Take a look at the beta version of dw.com. We're not done yet! Your opinion can help us make it better.
With less than four weeks to go, a leading opinion poll has seen the downward trend of the ruling CDU continue. The conservatives have been overtaken by the center-left SPD, which has seen its best poll result in years.
The Social Democrat candidate for chancellor, Olaf Scholz, is seen to have given his party a significant boost
For the first time in over four years, Germany's center-left Social Democrats (SPD) have taken a lead over the center-right Christian Democrats (CDU) and their Bavarian sister party, the Christian Social Union (CSU), according to a new Deutschlandtrend survey.
The CDU/CSU has been in a coalition government with the SPD for the past eight years.
The SPD won 20.5% of the votes in the last general election in 2017, with the CDU/CSU taking 32.9%.
The Green party, which was flying high in April this year, has also continued its downward turn and polled at 16%, the weakest showing since September 2018. The pro-free market Free Democrats (FDP) stands at 13%, followed by the far-right populist AfD. The Left party remained unchanged at 6%.
A separate poll for Bild am Sonntag newspaper last week also showed the SPD in the lead at 24%, three points ahead of the CDU/CSU alliance at 21%.
The latest results open up a wide range of coalition possibilities for government building after the September 26 election.
Germans don't vote directly for the head of government, the chancellor. After 16 years in office, Chancellor Angela Merkel is stepping down, although she still tops approval ratings in the latest survey.
But Vice Chancellor and Finance Minister Olaf Scholz, the SPD's top candidate, is not far behind her in the Deutschlandtrend popularity ratings.
Scholz is by far the most popular of the three candidates for chancellor. Compared to his competitors — Armin Laschet for the CDU/CSU and Annalena Baerbock for the Greens — Scholz is seen as the most likable and credible. He is also considered to have the best leadership skills.
The SPD candidate's popularity has directly benefited the party. A quarter of those who said they would vote for the SPD said it was mainly because of their belief in Scholz and his leadership qualities.
Voters trust the SPD when it comes to ensuring adequate wages, securing old-age pensions, family policies and child care. The CDU/CSU continues to win over most voters in the area of economic policy and in dealing with the COVID crisis. As before, the Greens are considered to have the greatest competence in environmental and climate policy. And the FDP has digitization as its area of expertise.
There has been a significant shift in what German voters see as the most important topics for the next government. One-third said environmental protection and climate change were the most pressing issues. Before the last general election in 2017, only one in 10 had put these topics at the top of their list.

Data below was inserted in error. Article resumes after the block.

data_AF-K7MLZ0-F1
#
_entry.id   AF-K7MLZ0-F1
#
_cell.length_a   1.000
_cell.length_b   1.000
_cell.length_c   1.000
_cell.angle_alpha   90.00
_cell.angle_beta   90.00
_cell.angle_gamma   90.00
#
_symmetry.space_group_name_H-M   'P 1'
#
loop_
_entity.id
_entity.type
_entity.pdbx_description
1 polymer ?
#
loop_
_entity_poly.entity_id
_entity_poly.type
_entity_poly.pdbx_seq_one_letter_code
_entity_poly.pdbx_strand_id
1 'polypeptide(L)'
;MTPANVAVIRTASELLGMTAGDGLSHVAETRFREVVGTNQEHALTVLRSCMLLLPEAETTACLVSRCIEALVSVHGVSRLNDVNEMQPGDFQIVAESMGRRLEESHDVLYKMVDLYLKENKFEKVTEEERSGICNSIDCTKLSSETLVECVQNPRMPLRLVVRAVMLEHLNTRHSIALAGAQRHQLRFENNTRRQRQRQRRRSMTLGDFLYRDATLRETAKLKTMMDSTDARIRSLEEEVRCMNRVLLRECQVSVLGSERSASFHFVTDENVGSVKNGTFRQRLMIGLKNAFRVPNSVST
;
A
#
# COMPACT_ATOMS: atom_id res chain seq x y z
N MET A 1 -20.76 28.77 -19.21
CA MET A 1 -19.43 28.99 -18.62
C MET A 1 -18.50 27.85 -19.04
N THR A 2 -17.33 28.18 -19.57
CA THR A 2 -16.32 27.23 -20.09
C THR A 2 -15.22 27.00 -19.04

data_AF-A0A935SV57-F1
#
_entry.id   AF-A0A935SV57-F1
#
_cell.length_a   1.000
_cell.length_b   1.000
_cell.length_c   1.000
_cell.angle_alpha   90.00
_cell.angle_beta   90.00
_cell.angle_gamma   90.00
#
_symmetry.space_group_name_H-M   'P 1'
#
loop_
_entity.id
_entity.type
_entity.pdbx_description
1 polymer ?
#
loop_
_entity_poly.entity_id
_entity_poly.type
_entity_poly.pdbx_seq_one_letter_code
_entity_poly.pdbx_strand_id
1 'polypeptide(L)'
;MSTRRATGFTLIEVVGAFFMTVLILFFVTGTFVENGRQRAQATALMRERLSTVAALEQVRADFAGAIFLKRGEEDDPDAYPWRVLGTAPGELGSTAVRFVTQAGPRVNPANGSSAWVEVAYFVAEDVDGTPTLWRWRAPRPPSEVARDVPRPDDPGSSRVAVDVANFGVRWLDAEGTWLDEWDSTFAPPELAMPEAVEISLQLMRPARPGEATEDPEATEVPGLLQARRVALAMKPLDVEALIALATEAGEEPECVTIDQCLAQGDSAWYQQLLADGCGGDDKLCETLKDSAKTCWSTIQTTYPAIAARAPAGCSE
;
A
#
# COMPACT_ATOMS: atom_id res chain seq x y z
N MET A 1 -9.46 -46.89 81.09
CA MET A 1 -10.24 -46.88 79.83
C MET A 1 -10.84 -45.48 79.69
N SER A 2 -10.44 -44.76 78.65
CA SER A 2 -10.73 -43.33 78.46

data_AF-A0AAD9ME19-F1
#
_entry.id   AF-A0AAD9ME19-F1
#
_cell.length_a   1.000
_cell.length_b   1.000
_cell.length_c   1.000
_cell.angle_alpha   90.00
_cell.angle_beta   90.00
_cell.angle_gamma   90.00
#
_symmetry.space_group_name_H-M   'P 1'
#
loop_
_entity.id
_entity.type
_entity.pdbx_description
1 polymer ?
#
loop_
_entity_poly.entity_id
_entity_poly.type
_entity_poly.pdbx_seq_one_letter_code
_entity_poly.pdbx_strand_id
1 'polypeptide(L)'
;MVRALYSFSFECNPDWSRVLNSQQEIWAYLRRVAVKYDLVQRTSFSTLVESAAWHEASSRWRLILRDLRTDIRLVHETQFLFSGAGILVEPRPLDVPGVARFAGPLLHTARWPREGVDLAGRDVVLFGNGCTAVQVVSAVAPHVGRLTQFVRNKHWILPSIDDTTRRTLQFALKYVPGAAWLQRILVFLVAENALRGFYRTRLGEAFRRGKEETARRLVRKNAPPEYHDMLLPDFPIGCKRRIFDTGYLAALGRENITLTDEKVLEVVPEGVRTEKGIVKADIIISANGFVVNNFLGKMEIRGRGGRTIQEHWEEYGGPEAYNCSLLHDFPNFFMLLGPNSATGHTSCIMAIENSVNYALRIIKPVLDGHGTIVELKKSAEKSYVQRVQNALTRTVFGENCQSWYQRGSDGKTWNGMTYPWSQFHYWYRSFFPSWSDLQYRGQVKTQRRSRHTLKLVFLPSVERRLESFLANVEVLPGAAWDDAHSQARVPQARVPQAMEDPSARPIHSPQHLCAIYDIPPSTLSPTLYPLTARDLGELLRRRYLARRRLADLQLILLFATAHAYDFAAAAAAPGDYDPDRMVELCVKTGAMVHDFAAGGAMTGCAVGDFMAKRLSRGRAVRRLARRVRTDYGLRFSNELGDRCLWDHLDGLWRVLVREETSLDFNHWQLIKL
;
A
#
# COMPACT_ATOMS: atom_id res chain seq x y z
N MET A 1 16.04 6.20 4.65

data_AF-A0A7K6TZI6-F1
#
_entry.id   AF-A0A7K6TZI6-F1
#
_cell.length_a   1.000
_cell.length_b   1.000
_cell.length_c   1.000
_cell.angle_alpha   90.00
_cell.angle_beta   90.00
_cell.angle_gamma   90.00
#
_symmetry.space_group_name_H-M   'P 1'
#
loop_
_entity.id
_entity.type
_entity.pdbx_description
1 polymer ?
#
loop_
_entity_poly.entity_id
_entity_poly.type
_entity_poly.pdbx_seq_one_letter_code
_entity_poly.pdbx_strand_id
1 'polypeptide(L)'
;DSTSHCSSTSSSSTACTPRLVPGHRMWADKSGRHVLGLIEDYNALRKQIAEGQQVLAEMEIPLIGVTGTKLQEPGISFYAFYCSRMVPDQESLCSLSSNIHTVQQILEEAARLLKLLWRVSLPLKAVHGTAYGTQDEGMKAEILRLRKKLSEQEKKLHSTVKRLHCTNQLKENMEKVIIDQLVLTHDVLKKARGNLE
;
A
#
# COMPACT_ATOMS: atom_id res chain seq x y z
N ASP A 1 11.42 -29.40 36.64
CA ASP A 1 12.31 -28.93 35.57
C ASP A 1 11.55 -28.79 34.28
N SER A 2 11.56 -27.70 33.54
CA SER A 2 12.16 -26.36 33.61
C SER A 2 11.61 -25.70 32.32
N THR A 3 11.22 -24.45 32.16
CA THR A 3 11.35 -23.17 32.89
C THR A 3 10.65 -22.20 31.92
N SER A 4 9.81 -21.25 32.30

Now, 20% of those polled said immigration was the most important topic — down from 47% four years ago.
Other major topics this year include the handling of the COVID pandemic, which 20% of those polled put at the top of their list of political priorities. One in six people raised the issue of social injustice, and one in seven said old-age pensions.
The strongest party usually names the chancellor and heads a potential coalition government. With the predicted election result, a number of three-way coalitions would be mathematically possible: The SPD could enter an alliance with the Greens and the FDP, or with the CDU/CSU and the FDP, or with CDU/CSU and Greens. But they could also go for a left-wing coalition with the Greens and the Left party — something the conservatives have long been warning against.
But other combinations are also possible. Even if the SPD were to become the strongest party in the Bundestag, the FDP and Greens could also opt to team up with the CDU/CSU, leaving the SPD out in the cold. What does not seem possible at the moment is a two-party coalition, as no combination would garner a solid majority.
A good third of those polled said they'd prefer a change of government in favor of an SPD-led alliance. Only a quarter support a continuation of a conservative-led government. This deals a major blow to the center-right CDU/CSU, which has been in government for most of the time since World War II.
Most of the respondents to the Deutschlandtrend poll put the SPD and the CDU/CSU roughly on an equal footing when it comes to solving Germany's most important problems. That means a marked loss of trust for the conservatives since the last general election.
While you're here: Every Tuesday, DW editors round up what is happening in German politics and society, with an eye toward understanding this year's elections and beyond. You can sign up here for the weekly email newsletter Berlin Briefing, to stay on top of developments as Germany enters the post-Merkel era.